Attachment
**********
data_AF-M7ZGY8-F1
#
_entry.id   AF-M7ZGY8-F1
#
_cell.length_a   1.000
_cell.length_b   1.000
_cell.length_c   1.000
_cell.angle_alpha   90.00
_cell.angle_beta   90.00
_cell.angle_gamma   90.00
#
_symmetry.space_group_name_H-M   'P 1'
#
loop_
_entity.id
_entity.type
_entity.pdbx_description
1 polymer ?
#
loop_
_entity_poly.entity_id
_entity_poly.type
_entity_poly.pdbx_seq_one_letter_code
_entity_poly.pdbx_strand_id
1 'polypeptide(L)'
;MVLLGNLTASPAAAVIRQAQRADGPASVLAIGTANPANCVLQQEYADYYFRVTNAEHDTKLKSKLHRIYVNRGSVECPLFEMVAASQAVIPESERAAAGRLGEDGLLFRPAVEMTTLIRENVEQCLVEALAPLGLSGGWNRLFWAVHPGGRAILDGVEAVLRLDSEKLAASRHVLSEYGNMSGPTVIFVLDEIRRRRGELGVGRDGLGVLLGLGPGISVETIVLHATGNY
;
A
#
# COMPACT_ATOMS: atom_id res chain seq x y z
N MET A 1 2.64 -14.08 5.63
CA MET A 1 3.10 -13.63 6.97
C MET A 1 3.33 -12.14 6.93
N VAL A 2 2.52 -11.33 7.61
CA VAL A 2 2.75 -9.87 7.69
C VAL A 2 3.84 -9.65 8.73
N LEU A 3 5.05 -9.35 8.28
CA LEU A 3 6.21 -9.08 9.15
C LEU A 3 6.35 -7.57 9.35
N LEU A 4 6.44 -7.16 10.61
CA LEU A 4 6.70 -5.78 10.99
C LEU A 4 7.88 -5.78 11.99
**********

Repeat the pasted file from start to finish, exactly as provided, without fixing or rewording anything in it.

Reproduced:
data_AF-M7ZGY8-F1
#
_entry.id   AF-M7ZGY8-F1
#
_cell.length_a   1.000
_cell.length_b   1.000
_cell.length_c   1.000
_cell.angle_alpha   90.00
_cell.angle_beta   90.00
_cell.angle_gamma   90.00
#
_symmetry.space_group_name_H-M   'P 1'
#
loop_
_entity.id
_entity.type
_entity.pdbx_description
1 polymer ?
#
loop_
_entity_poly.entity_id
_entity_poly.type
_entity_poly.pdbx_seq_one_letter_code
_entity_poly.pdbx_strand_id
1 'polypeptide(L)'
;MVLLGNLTASPAAAVIRQAQRADGPASVLAIGTANPANCVLQQEYADYYFRVTNAEHDTKLKSKLHRIYVNRGSVECPLFEMVAASQAVIPESERAAAGRLGEDGLLFRPAVEMTTLIRENVEQCLVEALAPLGLSGGWNRLFWAVHPGGRAILDGVEAVLRLDSEKLAASRHVLSEYGNMSGPTVIFVLDEIRRRRGELGVGRDGLGVLLGLGPGISVETIVLHATGNY
;
A
#
# COMPACT_ATOMS: atom_id res chain seq x y z
N MET A 1 2.64 -14.08 5.63
CA MET A 1 3.10 -13.63 6.97
C MET A 1 3.33 -12.14 6.93
N VAL A 2 2.52 -11.33 7.61
CA VAL A 2 2.75 -9.87 7.69
C VAL A 2 3.84 -9.65 8.73
N LEU A 3 5.05 -9.35 8.28
CA LEU A 3 6.21 -9.08 9.15
C LEU A 3 6.35 -7.57 9.35
N LEU A 4 6.44 -7.16 10.61
CA LEU A 4 6.70 -5.78 10.99
C LEU A 4 7.88 -5.78 11.99